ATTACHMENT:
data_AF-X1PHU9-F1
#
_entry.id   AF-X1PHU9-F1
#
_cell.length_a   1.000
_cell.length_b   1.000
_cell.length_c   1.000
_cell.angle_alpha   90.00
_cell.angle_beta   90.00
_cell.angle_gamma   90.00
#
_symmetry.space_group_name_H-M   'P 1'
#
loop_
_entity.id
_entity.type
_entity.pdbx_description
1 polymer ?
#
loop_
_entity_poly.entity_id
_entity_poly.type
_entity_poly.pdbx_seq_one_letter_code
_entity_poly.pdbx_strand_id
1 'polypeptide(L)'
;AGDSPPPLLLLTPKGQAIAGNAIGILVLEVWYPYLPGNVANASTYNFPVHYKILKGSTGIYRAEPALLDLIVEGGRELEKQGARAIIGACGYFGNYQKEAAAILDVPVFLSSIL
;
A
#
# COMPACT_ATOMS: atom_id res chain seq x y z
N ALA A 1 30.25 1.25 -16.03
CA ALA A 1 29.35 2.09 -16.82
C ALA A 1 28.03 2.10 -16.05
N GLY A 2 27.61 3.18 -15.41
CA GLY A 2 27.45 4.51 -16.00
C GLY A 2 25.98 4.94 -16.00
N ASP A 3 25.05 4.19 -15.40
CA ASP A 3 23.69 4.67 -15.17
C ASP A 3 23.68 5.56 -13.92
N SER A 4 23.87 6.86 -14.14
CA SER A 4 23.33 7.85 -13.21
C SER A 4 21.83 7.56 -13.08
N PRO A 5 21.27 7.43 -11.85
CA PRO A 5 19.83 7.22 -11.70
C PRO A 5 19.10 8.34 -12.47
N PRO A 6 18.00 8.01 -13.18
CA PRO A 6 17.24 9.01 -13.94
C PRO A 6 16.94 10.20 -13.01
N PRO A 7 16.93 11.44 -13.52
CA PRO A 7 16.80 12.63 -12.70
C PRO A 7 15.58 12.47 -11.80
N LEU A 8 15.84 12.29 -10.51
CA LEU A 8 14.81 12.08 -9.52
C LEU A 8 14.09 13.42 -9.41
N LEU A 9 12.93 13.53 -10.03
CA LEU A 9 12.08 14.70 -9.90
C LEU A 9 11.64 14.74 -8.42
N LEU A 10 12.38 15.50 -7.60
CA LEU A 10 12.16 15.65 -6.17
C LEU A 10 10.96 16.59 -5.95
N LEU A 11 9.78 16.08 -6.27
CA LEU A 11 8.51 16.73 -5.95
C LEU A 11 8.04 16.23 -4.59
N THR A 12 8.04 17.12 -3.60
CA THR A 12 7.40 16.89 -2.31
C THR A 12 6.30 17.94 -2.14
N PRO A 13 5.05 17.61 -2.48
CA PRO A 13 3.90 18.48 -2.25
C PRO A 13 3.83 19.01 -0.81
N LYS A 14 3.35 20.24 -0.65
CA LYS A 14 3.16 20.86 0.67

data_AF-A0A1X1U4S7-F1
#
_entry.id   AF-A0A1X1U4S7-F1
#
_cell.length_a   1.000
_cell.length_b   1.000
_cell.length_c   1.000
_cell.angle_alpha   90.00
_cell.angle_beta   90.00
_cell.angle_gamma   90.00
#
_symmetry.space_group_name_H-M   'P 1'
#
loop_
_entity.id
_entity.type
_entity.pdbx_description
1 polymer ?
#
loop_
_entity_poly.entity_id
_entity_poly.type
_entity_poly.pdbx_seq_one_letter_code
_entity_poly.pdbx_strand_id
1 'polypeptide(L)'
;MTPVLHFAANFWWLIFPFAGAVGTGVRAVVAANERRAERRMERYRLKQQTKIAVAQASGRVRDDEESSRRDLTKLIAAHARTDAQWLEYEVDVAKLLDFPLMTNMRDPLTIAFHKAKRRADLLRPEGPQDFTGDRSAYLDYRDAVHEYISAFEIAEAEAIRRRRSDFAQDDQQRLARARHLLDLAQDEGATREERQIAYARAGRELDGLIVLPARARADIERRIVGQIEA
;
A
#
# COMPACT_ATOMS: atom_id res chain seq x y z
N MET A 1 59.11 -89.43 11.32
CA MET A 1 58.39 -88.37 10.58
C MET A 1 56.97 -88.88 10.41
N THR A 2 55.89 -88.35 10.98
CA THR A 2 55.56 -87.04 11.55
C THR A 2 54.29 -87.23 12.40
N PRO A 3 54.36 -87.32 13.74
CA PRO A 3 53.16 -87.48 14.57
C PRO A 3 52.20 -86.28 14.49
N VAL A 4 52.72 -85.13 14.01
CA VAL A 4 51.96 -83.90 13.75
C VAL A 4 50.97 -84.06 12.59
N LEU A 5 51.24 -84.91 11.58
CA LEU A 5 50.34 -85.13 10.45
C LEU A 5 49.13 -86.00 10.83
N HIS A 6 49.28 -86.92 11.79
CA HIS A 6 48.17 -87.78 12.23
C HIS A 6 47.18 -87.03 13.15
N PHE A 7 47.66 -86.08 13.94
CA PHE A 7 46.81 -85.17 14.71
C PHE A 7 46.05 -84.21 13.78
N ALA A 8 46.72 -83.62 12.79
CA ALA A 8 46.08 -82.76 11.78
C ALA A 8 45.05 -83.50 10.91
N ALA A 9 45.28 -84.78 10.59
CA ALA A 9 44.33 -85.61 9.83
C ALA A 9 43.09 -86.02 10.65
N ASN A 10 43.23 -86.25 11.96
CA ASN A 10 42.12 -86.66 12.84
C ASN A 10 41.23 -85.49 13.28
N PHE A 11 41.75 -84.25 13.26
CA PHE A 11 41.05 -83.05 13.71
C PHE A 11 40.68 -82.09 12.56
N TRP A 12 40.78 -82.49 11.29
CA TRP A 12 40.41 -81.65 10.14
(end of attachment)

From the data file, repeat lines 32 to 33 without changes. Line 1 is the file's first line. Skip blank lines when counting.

CA ALA A 1 29.35 2.09 -16.82
C ALA A 1 28.03 2.10 -16.05